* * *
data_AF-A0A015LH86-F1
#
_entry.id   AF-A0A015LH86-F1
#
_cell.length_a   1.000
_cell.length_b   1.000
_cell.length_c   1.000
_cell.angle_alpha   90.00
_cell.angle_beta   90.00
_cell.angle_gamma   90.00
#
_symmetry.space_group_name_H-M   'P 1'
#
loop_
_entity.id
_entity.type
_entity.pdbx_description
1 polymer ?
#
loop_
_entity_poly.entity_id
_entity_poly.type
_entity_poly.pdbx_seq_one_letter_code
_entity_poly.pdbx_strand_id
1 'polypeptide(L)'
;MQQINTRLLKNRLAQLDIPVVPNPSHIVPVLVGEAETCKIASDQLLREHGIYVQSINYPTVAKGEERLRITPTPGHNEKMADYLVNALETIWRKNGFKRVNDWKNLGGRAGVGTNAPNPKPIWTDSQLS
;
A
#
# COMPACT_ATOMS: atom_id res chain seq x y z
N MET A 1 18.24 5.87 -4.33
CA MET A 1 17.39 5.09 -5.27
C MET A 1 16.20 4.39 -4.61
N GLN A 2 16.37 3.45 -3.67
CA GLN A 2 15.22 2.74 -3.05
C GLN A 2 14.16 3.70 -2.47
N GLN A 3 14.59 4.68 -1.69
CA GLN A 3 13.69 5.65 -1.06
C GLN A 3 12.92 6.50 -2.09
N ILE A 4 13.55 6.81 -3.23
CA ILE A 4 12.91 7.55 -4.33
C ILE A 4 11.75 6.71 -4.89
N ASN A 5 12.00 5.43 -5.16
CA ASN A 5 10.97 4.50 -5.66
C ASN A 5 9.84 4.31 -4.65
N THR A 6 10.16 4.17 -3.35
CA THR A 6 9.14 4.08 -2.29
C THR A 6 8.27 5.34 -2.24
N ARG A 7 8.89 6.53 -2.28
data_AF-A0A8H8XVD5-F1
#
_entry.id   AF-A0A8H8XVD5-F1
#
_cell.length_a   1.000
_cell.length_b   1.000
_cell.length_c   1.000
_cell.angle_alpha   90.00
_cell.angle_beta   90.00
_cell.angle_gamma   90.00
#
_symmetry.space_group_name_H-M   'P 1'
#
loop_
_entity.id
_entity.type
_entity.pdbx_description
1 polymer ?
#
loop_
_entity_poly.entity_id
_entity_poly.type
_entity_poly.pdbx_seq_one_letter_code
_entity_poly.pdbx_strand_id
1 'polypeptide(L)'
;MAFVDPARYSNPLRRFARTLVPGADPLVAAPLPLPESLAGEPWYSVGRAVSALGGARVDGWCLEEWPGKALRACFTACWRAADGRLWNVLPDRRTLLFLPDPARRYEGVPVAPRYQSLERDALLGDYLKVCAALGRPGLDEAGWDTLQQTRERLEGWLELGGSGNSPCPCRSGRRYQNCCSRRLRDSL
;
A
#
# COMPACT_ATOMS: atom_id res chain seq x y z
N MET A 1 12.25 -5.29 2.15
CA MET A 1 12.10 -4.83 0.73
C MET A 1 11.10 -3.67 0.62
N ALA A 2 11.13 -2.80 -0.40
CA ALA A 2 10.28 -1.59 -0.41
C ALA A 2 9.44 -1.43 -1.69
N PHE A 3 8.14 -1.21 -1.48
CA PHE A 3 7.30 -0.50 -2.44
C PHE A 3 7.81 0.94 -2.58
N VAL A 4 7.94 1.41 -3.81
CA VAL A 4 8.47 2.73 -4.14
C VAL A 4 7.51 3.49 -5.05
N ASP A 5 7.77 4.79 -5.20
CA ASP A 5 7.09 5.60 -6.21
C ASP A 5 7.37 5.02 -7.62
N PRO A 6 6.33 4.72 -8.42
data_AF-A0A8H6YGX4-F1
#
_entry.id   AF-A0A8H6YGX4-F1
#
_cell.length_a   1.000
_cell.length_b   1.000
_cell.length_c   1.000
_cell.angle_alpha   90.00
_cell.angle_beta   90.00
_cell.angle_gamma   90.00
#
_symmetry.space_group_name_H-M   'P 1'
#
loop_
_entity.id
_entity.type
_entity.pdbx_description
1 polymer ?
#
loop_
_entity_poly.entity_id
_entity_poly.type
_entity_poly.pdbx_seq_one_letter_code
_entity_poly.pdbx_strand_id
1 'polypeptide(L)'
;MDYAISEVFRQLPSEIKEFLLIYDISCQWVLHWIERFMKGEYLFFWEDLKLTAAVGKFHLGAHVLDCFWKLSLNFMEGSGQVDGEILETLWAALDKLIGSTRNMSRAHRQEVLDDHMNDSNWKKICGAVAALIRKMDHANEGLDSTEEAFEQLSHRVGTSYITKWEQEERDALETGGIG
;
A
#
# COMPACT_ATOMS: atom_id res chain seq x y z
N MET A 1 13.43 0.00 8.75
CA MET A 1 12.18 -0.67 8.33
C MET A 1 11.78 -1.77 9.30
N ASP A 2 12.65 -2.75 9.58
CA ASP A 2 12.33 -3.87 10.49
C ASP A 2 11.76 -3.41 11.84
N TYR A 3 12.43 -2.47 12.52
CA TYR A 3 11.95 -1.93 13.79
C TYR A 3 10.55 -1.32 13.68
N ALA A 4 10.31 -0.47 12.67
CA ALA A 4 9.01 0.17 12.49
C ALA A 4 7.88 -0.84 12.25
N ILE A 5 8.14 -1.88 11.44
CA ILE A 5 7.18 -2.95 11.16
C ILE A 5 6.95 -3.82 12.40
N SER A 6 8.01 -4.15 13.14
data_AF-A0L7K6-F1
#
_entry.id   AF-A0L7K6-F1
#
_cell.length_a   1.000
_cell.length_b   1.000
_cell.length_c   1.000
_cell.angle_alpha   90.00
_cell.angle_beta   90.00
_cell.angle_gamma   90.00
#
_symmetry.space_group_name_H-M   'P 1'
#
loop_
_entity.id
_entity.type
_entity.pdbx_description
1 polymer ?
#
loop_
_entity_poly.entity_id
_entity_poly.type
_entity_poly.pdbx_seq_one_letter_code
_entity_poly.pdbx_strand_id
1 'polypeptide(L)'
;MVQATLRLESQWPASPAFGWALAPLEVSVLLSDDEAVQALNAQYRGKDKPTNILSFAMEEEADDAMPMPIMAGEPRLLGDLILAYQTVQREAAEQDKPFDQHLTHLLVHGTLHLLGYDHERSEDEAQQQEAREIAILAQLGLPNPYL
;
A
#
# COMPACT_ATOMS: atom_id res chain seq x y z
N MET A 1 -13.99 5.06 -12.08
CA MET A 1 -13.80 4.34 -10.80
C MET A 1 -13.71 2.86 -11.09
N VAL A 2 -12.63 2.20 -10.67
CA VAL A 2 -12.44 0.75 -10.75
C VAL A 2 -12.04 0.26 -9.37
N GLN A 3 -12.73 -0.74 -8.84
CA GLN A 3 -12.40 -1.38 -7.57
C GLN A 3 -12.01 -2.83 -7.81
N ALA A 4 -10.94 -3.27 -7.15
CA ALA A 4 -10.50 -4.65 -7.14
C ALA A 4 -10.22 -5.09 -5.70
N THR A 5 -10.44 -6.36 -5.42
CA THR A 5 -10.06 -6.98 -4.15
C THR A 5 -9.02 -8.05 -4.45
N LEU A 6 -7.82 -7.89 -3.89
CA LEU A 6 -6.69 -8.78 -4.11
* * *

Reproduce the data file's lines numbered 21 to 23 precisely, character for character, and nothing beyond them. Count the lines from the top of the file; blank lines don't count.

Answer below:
_entity_poly.entity_id
_entity_poly.type
_entity_poly.pdbx_seq_one_letter_code